Browse Definitions :
Definition

degree per second squared

The degree per second squared (symbolized deg/s 2 or deg · s -2 ) is an alternative unit of angular (rotational) acceleration magnitude, which is the rate of change of angular speed or velocity. The angular acceleration vector also has a direction component that can be defined in either of two senses: counterclockwise or clockwise.

The average angular acceleration magnitude can be obtained by evaluating an object's instantaneous angular speed (in degrees per second) at two different points t 1 and t 2 in time, and then dividing the distance by the span of time t 2 - t 1 (in seconds). Suppose the instantaneous angular speed at time t 1 is equal to u 1 , and the instantaneous angular speed at time t 2 is equal to u 2 . Then the average angular acceleration magnitude b avg (in degrees per second squared) during the time interval [ t 1 , t 2 ] is given by:

b avg = ( u 2 - u 1 ) / ( t 2 - t 1 )

Instantaneous angular acceleration magnitude is more difficult to intuit, because it involves an expression of rotational motion over an "infinitely short" interval of time. Let p represent a specific point in time. Suppose an object is in rotational motion at about that time. The average angular acceleration magnitude can be determined over increasingly short time intervals centered at p , for example:

[ p -4, p +4]
[ p -3, p +3]
[ p -2, p +2]
[ p -1, p +1]
[ p -0.5, p +0.5]
[ p -0.25, p +0.25]
.
.
.
[ p - x , p + x ]
.
.
.

where the added and subtracted numbers represent seconds. The instantaneous angular acceleration magnitude, b inst , is the limit of the average angular acceleration magnitude as x approaches zero. This is a theoretical value, because it can be obtained only by inference from instantanous speed values determined at the starting and ending points of progressively shorter time spans.

In the complete sense, angular acceleration is a vector quantity having direction as well as magnitude, and representing the rate of change of angular velocity. Suppose, for example, that a wheel's rate of rotation is increasing at 20 deg/s 2 in the counterclockwise sense; this might be the case for a car or truck moving from right to left (relative to the viewer) with increasing speed. This would produce an angular acceleration vector with a magnitude of 20 deg/s 2 , pointing toward the viewer in line with the wheel's axle. But if rate of rotation were decreasing at 20 deg/s 2 in the counterclockwise sense (the same car or truck slowing down while moving from right to left), the angular acceleration vector would have a magnitude of 20 deg/s 2 in the opposite direction, that is, away from the viewer in line with the wheel's axle.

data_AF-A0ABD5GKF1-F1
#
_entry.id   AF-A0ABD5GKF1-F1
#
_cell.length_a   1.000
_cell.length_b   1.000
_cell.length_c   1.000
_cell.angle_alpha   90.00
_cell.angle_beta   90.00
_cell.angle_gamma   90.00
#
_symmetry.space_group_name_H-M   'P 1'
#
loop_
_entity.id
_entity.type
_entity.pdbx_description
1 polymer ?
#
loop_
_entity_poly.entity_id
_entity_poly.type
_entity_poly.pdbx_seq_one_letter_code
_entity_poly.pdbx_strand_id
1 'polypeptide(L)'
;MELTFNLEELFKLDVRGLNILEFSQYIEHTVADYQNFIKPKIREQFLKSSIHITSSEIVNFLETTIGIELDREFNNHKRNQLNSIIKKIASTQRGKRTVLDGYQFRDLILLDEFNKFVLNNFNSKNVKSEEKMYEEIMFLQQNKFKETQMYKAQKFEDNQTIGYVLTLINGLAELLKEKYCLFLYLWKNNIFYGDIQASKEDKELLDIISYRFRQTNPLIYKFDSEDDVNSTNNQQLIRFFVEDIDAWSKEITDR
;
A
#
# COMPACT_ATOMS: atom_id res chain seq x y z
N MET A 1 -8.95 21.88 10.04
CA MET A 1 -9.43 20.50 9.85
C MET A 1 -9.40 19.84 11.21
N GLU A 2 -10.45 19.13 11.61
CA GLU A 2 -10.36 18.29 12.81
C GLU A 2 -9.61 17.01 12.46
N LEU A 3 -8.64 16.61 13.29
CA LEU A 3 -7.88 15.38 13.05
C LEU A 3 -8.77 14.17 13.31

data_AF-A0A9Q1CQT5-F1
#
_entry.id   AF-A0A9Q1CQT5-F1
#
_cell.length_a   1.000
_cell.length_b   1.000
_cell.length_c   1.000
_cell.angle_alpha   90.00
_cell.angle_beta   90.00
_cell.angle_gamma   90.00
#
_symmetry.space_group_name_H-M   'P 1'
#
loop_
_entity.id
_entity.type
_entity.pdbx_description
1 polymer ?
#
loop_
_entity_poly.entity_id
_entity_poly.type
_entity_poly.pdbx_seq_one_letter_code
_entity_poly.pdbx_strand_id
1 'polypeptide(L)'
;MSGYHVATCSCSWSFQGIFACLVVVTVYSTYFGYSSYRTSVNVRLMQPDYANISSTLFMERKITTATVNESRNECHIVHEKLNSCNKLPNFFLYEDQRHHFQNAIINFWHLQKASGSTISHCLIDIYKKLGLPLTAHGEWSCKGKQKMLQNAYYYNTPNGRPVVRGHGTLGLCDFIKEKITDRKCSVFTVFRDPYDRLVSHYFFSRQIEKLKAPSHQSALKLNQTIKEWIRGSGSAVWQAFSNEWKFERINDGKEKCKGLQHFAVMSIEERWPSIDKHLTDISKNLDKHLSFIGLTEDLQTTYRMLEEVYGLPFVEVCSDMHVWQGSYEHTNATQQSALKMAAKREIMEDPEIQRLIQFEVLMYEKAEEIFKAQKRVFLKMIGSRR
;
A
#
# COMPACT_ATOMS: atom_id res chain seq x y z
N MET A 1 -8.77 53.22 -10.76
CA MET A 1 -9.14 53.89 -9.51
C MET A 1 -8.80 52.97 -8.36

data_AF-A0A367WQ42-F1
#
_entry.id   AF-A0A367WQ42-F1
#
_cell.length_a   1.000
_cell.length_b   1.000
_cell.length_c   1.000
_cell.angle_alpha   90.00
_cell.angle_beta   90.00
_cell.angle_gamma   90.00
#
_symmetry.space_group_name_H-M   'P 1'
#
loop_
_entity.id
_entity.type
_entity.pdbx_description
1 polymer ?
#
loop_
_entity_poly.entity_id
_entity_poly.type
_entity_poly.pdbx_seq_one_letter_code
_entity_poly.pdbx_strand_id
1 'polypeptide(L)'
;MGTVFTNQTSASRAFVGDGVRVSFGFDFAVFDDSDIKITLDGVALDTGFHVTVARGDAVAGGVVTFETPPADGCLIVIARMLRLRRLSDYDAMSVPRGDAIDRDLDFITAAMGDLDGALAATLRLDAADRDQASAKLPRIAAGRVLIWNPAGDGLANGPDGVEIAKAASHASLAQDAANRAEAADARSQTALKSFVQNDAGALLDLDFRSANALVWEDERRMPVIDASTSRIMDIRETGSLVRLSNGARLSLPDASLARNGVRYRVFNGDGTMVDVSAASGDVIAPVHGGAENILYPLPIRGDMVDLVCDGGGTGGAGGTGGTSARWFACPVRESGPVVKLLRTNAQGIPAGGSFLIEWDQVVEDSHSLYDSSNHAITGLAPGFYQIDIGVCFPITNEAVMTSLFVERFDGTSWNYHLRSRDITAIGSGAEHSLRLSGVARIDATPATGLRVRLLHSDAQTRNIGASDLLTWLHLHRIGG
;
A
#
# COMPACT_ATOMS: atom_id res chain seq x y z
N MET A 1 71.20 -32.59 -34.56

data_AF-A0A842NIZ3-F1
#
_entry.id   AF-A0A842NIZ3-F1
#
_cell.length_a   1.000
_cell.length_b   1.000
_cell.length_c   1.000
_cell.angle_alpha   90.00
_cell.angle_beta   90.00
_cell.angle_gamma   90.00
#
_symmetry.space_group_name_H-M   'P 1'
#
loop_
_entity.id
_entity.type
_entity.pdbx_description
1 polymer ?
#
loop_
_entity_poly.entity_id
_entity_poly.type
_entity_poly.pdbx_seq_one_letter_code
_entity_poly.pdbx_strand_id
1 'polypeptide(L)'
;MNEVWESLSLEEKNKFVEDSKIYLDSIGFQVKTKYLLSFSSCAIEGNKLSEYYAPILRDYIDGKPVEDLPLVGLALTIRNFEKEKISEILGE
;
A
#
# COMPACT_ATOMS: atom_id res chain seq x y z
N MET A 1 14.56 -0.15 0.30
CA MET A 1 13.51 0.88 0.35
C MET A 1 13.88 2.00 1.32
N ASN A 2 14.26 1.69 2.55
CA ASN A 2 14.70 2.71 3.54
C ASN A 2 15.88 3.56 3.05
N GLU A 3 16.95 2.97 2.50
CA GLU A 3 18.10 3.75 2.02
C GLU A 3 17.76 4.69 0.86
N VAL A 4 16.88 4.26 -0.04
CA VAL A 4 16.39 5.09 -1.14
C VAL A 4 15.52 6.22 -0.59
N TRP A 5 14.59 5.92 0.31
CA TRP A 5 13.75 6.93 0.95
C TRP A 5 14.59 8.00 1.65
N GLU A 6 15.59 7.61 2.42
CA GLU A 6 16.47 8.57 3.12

Also see angular acceleration , angular degree , radian per second squared , SI , and Table of Physical Units .

This was last updated in September 2005

Start the conversation

Send me notifications when other members comment.

Please create a username to comment.

-ADS BY GOOGLE

File Extensions and File Formats

Powered by:

SearchCompliance

  • Whistleblower Protection Act

    The Whistleblower Protection Act of 1989 is a law that protects federal government employees in the United States from ...

  • smart contract

    A smart contract, also known as a cryptocontract, is a computer program that directly controls the transfer of digital currencies...

  • risk map (risk heat map)

    A risk map, also known as a risk heat map, is a data visualization tool for communicating specific risks an organization faces. A...

SearchSecurity

  • buffer underflow

    Buffer underflow, also known as buffer underrun or buffer underwrite, is a threat to data that typically occurs when the ...

  • digital signature

    A digital signature is a mathematical technique used to validate the authenticity and integrity of a message, software or digital...

  • denial-of-service attack

    A denial-of-service attack is a security event that occurs when an attacker prevents legitimate users from accessing specific ...

SearchHealthIT

SearchDisasterRecovery

  • virtual disaster recovery

    Virtual disaster recovery is a type of DR that typically involves replication and allows a user to fail over to virtualized ...

  • tabletop exercise (TTX)

    A tabletop exercise (TTX) is a disaster preparedness activity that takes participants through the process of dealing with a ...

  • risk mitigation

    Risk mitigation is a strategy to prepare for and lessen the effects of threats faced by a data center.

SearchStorage

  • secondary storage

    Secondary storage is storage for noncritical data that does not need to be frequently accessed.

  • Pure Storage

    Pure Storage is a provider of enterprise data flash storage solutions designed to substitute for electromechanical disk arrays.

  • yobibyte (YiB)

    A yobibyte (YiB) is a unit of measure used to describe data capacity as part of the binary system of measuring computing and ...

Close